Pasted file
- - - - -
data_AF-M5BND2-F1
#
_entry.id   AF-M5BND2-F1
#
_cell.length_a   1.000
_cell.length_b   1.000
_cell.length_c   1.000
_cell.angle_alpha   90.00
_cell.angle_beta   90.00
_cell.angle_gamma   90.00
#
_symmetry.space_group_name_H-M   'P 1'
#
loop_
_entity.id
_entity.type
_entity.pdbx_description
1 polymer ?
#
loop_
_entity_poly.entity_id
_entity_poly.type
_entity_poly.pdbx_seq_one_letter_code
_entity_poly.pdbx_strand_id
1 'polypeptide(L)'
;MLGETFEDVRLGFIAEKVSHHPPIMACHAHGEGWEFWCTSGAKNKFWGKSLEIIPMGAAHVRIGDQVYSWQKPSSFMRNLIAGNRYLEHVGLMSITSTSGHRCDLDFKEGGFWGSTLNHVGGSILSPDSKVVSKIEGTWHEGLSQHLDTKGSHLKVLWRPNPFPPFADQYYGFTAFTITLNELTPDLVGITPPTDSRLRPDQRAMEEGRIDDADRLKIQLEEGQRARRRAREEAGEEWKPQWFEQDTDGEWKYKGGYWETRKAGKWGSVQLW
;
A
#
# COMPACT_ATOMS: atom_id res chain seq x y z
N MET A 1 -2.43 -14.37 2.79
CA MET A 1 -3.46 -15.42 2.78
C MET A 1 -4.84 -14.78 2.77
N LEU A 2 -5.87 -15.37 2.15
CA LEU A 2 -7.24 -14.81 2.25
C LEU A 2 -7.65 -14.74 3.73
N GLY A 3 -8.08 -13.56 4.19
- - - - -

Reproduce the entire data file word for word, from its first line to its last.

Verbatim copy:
data_AF-M5BND2-F1
#
_entry.id   AF-M5BND2-F1
#
_cell.length_a   1.000
_cell.length_b   1.000
_cell.length_c   1.000
_cell.angle_alpha   90.00
_cell.angle_beta   90.00
_cell.angle_gamma   90.00
#
_symmetry.space_group_name_H-M   'P 1'
#
loop_
_entity.id
_entity.type
_entity.pdbx_description
1 polymer ?
#
loop_
_entity_poly.entity_id
_entity_poly.type
_entity_poly.pdbx_seq_one_letter_code
_entity_poly.pdbx_strand_id
1 'polypeptide(L)'
;MLGETFEDVRLGFIAEKVSHHPPIMACHAHGEGWEFWCTSGAKNKFWGKSLEIIPMGAAHVRIGDQVYSWQKPSSFMRNLIAGNRYLEHVGLMSITSTSGHRCDLDFKEGGFWGSTLNHVGGSILSPDSKVVSKIEGTWHEGLSQHLDTKGSHLKVLWRPNPFPPFADQYYGFTAFTITLNELTPDLVGITPPTDSRLRPDQRAMEEGRIDDADRLKIQLEEGQRARRRAREEAGEEWKPQWFEQDTDGEWKYKGGYWETRKAGKWGSVQLW
;
A
#
# COMPACT_ATOMS: atom_id res chain seq x y z
N MET A 1 -2.43 -14.37 2.79
CA MET A 1 -3.46 -15.42 2.78
C MET A 1 -4.84 -14.78 2.77
N LEU A 2 -5.87 -15.37 2.15
CA LEU A 2 -7.24 -14.81 2.25
C LEU A 2 -7.65 -14.74 3.73
N GLY A 3 -8.08 -13.56 4.19